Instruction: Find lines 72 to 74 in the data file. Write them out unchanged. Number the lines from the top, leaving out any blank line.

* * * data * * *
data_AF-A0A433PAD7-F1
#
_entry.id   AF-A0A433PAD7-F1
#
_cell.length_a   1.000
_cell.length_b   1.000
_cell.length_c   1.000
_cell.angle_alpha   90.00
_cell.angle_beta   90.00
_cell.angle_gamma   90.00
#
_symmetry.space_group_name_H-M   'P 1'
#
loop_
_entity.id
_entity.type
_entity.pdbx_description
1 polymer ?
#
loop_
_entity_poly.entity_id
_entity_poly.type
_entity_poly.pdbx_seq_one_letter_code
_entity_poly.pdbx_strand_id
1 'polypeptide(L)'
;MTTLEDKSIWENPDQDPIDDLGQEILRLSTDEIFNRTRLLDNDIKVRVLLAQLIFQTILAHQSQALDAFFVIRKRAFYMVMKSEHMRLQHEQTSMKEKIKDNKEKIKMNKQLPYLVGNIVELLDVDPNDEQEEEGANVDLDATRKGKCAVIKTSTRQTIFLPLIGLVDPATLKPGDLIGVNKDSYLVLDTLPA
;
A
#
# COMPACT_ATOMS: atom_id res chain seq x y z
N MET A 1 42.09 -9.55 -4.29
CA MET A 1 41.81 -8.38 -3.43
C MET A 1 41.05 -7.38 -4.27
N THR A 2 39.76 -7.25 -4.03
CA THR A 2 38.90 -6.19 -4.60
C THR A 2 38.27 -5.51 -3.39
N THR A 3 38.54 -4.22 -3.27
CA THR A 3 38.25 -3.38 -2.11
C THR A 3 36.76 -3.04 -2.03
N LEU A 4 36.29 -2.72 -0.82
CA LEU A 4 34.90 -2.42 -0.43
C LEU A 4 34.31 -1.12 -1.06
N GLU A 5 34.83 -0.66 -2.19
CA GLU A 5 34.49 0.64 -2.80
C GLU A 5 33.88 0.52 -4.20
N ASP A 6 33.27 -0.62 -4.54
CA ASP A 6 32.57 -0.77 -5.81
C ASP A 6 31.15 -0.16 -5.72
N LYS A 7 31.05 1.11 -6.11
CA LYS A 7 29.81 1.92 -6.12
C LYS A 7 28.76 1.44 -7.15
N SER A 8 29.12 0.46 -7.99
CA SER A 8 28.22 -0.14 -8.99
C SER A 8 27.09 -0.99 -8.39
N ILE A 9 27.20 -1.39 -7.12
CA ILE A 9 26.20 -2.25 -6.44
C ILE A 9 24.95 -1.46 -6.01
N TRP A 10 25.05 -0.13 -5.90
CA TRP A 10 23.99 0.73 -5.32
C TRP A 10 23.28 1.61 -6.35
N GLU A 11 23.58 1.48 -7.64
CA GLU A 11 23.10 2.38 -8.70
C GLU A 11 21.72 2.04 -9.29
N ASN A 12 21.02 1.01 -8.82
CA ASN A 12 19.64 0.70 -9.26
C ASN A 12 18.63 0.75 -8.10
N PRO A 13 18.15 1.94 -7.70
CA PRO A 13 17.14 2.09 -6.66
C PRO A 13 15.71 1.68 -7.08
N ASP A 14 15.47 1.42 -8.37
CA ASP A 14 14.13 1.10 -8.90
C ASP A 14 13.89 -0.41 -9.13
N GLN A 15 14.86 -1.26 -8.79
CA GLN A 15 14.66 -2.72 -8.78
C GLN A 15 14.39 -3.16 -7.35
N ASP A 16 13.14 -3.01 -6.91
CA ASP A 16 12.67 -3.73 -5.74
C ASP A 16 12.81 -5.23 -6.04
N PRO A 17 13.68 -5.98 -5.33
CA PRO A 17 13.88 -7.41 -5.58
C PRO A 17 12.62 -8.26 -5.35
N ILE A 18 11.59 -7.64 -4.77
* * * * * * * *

C ASP A 14 13.89 -0.41 -9.13
N GLN A 15 14.86 -1.26 -8.79
CA GLN A 15 14.66 -2.72 -8.78